Sunday, August 2, 2009

It's Looking Pretty Blighty 'Round Here!

Oh those elusive tomatoes!  Why is it that I grew tomatoes as a kid with no apparent problems (and absolutely no gardening experience!), and now that I've been learning about how to garden, pampering my soil, growing companion plants, encouraging the good insects, blah-blah-blah, tomatoes are about the only thing I haven't been able to grow so far!  (Well, tomatoes and charentais melons, but that's another story!)  What's the deal??? I've heard that "other" people grow such of a glut of tomatoes that they actually . . .  gasp . . . GIVE them away!! (Unfortunately I don't know any of THOSE people!)  Either my plants are beautifully green and lush with no fruit (too much nitrogen, I KNOW), or if they do have tomatoes on them, just as that brandywine is ripening some creature decides to taste it, then leaves it on the ground!!! If I'd have had a shot gun and caught the bugger in the act, I don't care HOW cute, it would have been TOAST! Tomatoes bring out the true beast in me!  I think the only brandywine tomato that actually got to ripen on the vine last year had a bite mark on it!   I ate it anyway!  All I can say is, thank goodness for the farmers' market and for tomato-growers much more talented than me, or the taste of home-grown tomatoes would be a just a childhood memory!
This year was SUPPOSED to be different! But then,  . . . THIS!  It's blight, alright, and it looks like I'm not the only one at the garden with some awfully sick-looking tomatoes!  Those ugly brown blotches on your tomato leaves and green tomatoes that turn brown instead of red are sure signs of tomato blight.  It's caused by a fungus that can live as spores in the soil that can then infect your plants if they get splashed up onto the leaves.  It's certainly been present at our community garden since tomatoes are grown there year after year, but this year is particularly bad.  One major reason is the cool, wet weather we've been having, which tomatoes don't appreciate but is ideal for blight.  Another reason may be that tomato seedlings purchased from some of the "big box" stores (Wal-Mart, Lowes, KMart and Home Depot) were already infected with blight right at the start, according to this New York Times article.  Whatever the cause, it's pretty heart-breaking for us tomato lovers!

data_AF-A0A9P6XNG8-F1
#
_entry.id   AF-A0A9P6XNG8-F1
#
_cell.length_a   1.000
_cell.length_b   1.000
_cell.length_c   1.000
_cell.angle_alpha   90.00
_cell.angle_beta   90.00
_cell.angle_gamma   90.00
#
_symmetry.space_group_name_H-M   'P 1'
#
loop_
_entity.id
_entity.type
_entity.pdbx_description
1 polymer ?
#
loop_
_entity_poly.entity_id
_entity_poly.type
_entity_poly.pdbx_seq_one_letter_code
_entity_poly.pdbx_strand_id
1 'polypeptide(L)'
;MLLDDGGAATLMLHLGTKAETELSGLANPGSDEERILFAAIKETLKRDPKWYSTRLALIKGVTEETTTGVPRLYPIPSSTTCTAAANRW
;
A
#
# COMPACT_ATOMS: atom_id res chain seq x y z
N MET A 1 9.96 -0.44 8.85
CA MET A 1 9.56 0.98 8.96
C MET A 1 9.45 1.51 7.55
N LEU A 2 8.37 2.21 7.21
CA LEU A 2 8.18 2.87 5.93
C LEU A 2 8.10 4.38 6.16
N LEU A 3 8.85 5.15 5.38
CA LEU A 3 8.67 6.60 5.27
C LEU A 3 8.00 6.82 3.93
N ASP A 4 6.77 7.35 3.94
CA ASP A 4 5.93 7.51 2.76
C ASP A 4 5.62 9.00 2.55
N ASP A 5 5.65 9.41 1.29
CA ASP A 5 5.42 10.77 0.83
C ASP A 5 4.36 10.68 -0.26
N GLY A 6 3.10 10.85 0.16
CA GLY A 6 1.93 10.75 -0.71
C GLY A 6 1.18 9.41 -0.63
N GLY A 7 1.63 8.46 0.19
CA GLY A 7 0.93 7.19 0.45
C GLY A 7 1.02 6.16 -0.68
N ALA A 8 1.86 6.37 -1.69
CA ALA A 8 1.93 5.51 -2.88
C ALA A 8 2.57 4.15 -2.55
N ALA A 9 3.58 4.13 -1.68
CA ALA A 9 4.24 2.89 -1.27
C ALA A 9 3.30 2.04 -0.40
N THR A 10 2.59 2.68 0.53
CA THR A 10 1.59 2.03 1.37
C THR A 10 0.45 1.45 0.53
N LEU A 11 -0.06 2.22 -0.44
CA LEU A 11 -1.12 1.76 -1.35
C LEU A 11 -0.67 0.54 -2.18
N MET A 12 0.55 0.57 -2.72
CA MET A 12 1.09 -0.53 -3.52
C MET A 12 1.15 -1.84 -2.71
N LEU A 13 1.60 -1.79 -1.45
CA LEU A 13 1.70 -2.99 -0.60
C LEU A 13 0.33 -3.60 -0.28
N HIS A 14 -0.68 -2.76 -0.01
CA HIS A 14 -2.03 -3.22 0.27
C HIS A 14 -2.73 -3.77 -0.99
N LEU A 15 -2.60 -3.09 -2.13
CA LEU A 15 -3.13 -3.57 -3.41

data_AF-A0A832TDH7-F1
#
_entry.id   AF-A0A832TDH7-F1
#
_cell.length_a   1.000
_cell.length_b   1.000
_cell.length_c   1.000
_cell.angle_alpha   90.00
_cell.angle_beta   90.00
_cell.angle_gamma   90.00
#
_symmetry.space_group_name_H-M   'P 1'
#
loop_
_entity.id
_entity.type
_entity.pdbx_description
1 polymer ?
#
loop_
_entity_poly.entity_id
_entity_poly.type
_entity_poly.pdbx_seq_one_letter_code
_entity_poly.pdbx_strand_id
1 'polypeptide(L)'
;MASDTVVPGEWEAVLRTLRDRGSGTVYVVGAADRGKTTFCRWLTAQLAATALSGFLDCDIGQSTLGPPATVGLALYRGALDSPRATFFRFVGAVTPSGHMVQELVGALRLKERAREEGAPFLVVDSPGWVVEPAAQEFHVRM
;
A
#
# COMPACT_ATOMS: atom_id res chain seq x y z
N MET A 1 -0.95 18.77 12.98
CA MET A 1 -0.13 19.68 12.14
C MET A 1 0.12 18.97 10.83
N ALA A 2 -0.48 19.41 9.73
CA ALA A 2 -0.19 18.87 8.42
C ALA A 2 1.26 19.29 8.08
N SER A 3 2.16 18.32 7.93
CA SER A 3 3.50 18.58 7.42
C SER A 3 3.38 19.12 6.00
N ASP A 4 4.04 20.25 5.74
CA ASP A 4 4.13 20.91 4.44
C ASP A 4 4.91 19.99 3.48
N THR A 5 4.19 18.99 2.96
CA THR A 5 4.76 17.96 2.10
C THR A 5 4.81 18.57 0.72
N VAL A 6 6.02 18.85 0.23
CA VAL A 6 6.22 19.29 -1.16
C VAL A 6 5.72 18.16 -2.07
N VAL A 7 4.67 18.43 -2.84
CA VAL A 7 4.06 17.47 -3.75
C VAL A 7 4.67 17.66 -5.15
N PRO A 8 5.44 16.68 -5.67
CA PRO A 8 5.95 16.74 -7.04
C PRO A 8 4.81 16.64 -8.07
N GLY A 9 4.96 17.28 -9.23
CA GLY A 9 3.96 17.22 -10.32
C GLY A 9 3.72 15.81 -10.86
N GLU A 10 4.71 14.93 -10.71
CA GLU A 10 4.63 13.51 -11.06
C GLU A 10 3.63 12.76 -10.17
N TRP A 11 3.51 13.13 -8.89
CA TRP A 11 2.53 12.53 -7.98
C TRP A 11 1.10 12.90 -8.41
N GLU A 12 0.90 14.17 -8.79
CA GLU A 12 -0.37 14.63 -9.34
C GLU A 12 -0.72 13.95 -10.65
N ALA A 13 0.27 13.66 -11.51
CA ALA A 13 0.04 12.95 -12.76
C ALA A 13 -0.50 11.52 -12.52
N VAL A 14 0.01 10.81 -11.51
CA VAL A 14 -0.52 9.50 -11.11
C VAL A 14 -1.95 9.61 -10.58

Is there anything we can do to save our tomato crop?  That depends on how far along the disease is on the plant.  If you have enough healthy growth you can remove the diseased leaves and fruit (don't compost these--get rid of them or you'll just spread the fungus.)  There are organic fungicides that can help, but they may be a bit pricey.  I found a recipe for a home-made solution here.  This site suggests spraying the plants and soil with compost tea.  The organisms in the compost will help fight the fungus, and the compost will fertilize the plants at the same time.  I'm going to try some of my worm tea since I have this on hand.  The best overall way to fight blight is prevention:  make sure your plants are healthy from the start, make sure your soil is healthy, and don't plant tomatoes for at least 3 years where there has been blight in the past.  That last bit is pretty tricky for those of us with small gardens here in a community of gardens.  I'm guessing a three-year moratorium on tomato-growing at our garden wouldn't go down very well!!  I'm not quite ready to yank out my plants just yet, and we are forecast to be getting some hotter weather, so I still have a little bit of optimism, for now anyway.  Though I must say, I was glad to see heirloom tomatoes at the farmers' market this morning, just-in-case!


Craftiness said...

I'm very sorry about your loss. I am a novice gardener in Austin and I lost my tomato plants more than a month ago. I mistakingly thought it was the heat that killed my tomato plants and that was the natural run of the plants. But now reading about blight and seeing the brown spotted tomatoes I realize that's what I had. It was hot and humid when i lost the plants, not cool like late blight is suppose to thrive in. Live and Learn. I love your blog:) Did you listen to the latest GFL?

Jeannine from Pittsburgh said...

Thanks Craftiness! My plants look much better after the trimming and worm tea, but I'm still not counting on getting any tomatoes from them other than maybe a cherry or two. Oh well! Sorry to hear about your loss too!

Yes, I heard the latest GFL--I'm excited for them but sad too. Hopefully they'll keep podcasting from Down Under. I'd still be interested in hearing what they're up to even if they aren't farming for the moment.